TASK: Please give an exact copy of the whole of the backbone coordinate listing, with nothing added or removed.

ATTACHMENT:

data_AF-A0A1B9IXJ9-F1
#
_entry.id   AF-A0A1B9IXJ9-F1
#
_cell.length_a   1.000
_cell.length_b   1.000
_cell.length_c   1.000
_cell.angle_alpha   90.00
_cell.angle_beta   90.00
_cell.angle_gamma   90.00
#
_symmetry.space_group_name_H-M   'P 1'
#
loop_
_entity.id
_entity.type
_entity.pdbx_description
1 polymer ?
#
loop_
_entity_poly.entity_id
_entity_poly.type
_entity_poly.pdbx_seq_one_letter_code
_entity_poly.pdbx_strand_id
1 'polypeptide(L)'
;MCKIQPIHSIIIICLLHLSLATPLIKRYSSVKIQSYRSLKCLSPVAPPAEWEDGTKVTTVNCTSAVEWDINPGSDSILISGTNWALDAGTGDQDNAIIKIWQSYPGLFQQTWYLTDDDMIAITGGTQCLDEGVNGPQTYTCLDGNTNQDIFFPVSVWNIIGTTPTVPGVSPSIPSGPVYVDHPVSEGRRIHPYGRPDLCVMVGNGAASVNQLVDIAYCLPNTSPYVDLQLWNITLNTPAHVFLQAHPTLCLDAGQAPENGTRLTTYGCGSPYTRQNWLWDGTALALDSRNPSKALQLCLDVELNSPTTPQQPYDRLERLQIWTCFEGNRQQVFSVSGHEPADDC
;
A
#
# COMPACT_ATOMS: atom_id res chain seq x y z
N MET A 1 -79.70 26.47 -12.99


data_AF-A0A1B9IXJ9-F1
#
_entry.id   AF-A0A1B9IXJ9-F1
#
_cell.length_a   1.000
_cell.length_b   1.000
_cell.length_c   1.000
_cell.angle_alpha   90.00
_cell.angle_beta   90.00
_cell.angle_gamma   90.00
#
_symmetry.space_group_name_H-M   'P 1'
#
loop_
_entity.id
_entity.type
_entity.pdbx_description
1 polymer ?
#
loop_
_entity_poly.entity_id
_entity_poly.type
_entity_poly.pdbx_seq_one_letter_code
_entity_poly.pdbx_strand_id
1 'polypeptide(L)'
;MCKIQPIHSIIIICLLHLSLATPLIKRYSSVKIQSYRSLKCLSPVAPPAEWEDGTKVTTVNCTSAVEWDINPGSDSILISGTNWALDAGTGDQDNAIIKIWQSYPGLFQQTWYLTDDDMIAITGGTQCLDEGVNGPQTYTCLDGNTNQDIFFPVSVWNIIGTTPTVPGVSPSIPSGPVYVDHPVSEGRRIHPYGRPDLCVMVGNGAASVNQLVDIAYCLPNTSPYVDLQLWNITLNTPAHVFLQAHPTLCLDAGQAPENGTRLTTYGCGSPYTRQNWLWDGTALALDSRNPSKALQLCLDVELNSPTTPQQPYDRLERLQIWTCFEGNRQQVFSVSGHEPADDC
;
A
#
# COMPACT_ATOMS: atom_id res chain seq x y z
N MET A 1 -79.70 26.47 -12.99